E-device Usage, Attention Switch and Consciousness

We measured fMRI (every 400 ms) and eye-tracking data simultaneously when participants read five scientific texts in a self-paced manner10. Our data suggested that less frequent e-device users recruit more left inferior frontal gyrus and insula for integrative processing during reading. The anterior insula is critical for switching between the default-mode (e.g., ‘mind-wandering’) and central-executive processing (e.g., ‘executive functioning’). We also found that when reading difficult texts with suboptimal KS, heavy e-device users would recruit more temporoparietal junction (TPJ) and less claustrum for integrative processes. The TPJ is important for attention control and integrative processes, while the claustrum has been proposed as the “gate keeper” of neural information for conscious awareness11. These patterns point to an association between habitual e-device usage and individual differences in the neurodynamics of attentional and conscious-modulatory brain areas during scientific text reading. It might be the case that individuals with such neurocognitive patterns prefer electronic media and seek fast and shallow information in the first place.  

Written by Chun-Ting Hsu1 and Ping Li2 

Kokoro Research Center, Kyoto University

Department of Psychology, Pennsylvania State University


1. Hsu, C.-T., Clariana, R., Schloss, B. & Li, P. Neurocognitive Signatures of Naturalistic Reading of Scientific Texts: A Fixation-Related fMRI Study. Scientific Reports9, 10678 (2019).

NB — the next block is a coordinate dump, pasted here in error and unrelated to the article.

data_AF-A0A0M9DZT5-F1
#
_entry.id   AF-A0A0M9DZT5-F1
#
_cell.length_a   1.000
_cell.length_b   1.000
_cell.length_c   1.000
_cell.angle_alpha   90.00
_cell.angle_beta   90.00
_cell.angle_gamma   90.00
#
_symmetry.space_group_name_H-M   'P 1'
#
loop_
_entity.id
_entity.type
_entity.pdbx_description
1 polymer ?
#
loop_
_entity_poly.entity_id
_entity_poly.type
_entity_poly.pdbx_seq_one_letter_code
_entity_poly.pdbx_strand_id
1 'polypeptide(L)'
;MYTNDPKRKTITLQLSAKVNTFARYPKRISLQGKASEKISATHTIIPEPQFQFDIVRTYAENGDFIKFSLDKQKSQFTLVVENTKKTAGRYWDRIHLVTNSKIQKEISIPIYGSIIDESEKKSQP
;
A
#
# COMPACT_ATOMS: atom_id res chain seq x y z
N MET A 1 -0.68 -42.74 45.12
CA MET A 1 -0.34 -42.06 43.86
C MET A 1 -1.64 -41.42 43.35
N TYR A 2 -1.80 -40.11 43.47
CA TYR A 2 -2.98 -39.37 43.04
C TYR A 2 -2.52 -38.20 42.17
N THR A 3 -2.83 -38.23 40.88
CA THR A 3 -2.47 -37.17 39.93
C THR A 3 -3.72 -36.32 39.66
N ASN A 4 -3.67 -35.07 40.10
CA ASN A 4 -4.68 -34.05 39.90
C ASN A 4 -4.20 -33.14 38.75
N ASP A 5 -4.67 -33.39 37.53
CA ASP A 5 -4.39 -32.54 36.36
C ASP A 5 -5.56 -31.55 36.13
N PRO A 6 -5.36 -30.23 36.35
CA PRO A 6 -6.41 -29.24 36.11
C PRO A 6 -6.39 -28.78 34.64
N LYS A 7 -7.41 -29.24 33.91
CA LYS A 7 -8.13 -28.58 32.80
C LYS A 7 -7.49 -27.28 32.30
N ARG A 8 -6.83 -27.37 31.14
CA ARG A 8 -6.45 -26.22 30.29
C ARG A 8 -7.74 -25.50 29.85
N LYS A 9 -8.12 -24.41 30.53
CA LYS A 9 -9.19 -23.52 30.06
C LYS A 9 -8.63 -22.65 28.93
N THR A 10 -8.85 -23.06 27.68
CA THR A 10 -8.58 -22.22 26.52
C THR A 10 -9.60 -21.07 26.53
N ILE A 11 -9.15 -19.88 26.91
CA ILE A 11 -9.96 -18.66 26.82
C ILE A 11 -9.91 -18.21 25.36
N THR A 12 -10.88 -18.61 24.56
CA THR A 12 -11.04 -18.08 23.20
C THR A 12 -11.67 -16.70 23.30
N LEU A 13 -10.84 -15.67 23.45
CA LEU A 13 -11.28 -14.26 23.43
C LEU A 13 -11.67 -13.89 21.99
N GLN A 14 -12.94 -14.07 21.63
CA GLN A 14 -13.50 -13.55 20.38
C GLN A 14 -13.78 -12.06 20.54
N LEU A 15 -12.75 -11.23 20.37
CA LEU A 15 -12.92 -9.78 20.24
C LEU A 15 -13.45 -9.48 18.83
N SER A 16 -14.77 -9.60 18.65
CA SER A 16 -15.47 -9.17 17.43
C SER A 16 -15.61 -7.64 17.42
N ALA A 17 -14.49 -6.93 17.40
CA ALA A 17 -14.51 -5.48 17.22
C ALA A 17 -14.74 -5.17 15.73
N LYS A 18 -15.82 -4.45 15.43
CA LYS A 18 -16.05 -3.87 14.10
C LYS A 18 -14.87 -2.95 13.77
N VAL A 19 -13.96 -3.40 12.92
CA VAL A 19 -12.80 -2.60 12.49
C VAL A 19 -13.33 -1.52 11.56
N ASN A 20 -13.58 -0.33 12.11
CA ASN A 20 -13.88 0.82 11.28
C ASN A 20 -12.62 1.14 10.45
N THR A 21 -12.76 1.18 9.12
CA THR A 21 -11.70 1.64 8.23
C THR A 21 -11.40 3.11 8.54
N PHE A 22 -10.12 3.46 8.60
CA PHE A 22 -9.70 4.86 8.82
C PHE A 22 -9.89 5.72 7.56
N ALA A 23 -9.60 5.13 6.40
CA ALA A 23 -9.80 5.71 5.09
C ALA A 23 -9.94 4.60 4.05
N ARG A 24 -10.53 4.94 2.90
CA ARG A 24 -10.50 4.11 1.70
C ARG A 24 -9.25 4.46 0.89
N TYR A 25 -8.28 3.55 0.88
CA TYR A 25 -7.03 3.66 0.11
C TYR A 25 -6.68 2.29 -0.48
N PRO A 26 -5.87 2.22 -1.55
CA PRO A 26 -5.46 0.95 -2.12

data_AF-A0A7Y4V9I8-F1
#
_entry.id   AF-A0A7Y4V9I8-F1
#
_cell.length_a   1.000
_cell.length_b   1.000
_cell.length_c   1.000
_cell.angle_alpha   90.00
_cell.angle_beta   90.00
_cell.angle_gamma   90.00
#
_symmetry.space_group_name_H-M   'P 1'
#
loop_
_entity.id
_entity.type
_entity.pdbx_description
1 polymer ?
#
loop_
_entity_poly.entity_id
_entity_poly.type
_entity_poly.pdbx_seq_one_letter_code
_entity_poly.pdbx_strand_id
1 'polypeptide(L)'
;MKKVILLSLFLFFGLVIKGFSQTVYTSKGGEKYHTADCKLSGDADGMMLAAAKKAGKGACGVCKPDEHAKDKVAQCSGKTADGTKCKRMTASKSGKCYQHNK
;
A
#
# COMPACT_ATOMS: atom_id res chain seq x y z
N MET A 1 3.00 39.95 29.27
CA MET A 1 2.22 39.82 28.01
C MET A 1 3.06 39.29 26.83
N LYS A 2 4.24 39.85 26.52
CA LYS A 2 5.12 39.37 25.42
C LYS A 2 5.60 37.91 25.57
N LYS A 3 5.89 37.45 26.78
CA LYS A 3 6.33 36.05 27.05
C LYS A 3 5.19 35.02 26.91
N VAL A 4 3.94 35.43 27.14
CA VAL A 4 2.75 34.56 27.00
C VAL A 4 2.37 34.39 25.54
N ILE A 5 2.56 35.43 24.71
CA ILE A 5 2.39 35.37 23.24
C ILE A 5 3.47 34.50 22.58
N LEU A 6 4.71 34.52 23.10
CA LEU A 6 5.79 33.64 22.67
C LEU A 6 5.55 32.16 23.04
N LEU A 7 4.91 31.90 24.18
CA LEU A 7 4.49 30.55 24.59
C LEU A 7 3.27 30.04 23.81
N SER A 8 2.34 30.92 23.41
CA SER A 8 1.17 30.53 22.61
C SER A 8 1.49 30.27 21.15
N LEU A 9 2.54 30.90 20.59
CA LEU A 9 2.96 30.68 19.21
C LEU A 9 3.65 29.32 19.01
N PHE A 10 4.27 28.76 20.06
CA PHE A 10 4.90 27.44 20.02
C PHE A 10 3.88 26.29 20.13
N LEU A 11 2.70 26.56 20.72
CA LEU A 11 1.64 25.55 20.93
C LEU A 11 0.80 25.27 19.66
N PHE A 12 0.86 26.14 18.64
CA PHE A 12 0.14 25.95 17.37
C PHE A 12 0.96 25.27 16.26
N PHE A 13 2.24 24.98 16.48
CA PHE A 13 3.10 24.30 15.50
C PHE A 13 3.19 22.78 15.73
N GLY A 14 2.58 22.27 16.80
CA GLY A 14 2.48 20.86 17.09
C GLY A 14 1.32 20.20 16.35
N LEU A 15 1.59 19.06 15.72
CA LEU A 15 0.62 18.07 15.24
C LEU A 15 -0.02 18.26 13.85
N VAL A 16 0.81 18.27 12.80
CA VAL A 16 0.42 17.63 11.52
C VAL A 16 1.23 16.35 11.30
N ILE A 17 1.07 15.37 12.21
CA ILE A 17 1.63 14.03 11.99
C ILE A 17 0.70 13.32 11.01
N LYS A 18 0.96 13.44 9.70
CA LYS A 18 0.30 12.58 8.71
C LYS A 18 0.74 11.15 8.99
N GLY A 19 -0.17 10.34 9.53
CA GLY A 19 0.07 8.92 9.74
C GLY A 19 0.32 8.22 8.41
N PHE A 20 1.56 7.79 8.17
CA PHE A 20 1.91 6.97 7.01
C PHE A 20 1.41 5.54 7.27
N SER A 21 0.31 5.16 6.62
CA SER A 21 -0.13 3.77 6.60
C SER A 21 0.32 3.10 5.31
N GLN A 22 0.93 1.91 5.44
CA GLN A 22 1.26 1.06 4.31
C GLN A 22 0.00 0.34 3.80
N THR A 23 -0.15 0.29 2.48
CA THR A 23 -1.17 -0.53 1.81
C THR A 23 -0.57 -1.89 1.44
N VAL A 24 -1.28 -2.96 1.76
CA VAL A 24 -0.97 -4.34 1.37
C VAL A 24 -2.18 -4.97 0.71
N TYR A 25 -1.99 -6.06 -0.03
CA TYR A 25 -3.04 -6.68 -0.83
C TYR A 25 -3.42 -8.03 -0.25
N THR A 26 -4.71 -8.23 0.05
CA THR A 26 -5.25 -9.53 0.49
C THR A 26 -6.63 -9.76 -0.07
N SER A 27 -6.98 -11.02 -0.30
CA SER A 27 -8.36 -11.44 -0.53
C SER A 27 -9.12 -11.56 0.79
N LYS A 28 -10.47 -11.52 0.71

2. Sidi, Y., Shpigelman, M., Zalmanov, H. & Ackerman, R. Understanding metacognitive inferiority on screen by exposing cues for depth of processing. Learning and Instruction51, 61–73 (2017).

3. Carr, N. G. The Shallows: What the Internet is Doing to Our Brains. (W.W. Norton, 2010).

4. Ehrenberg, A., Juckes, S., White, K. M. & Walsh, S. P. Personality and Self-Esteem as Predictors of Young People’s Technology Use. CyberPsychology & Behavior11, 739–741 (2008).

5. Correa, T., Hinsley, A. W. & de Zúñiga, H. G. Who interacts on the Web?: The intersection of users’ personality and social media use. Computers in Human Behavior26, 247–253 (2010).

6. Annisette, L. E. & Lafreniere, K. D. Social media, texting, and personality: A test of the shallowing hypothesis. Personality and Individual Differences115, 154–158 (2017).

7. Follmer, D. J., Fang, S. Y., Clariana, R. B., Meyer, B. J. F. & Li, P. What predicts adult readers’ understanding of STEM texts? Read Writ31, 185–214 (2018).

8. Clariana, R. B., Engelmann, T. & Yu, W. Using centrality of concept maps as a measure of problem space states in computer-supported collaborative problem solving. Etr&D-Educ Tech Res61, 423–442 (2013).

9. van den Broek, P. Using texts in science education: cognitive processes and knowledge representation. Science328, 453–6 (2010).

10. Richlan, F. et al.Fixation-related FMRI analysis in the domain of reading research: using self-paced eye movements as markers for hemodynamic brain responses during visual letter string processing. Cerebral Cortex24, 2647–56 (2014).

11. Crick, F. C. & Koch, C. What is the function of the claustrum? Philos T R Soc B360, 1271–1279 (2005).

Please sign in or register for FREE

If you are a registered user on Research Communities by Springer Nature, please sign in

Follow the Topic

Life Sciences > Biological Sciences > Neuroscience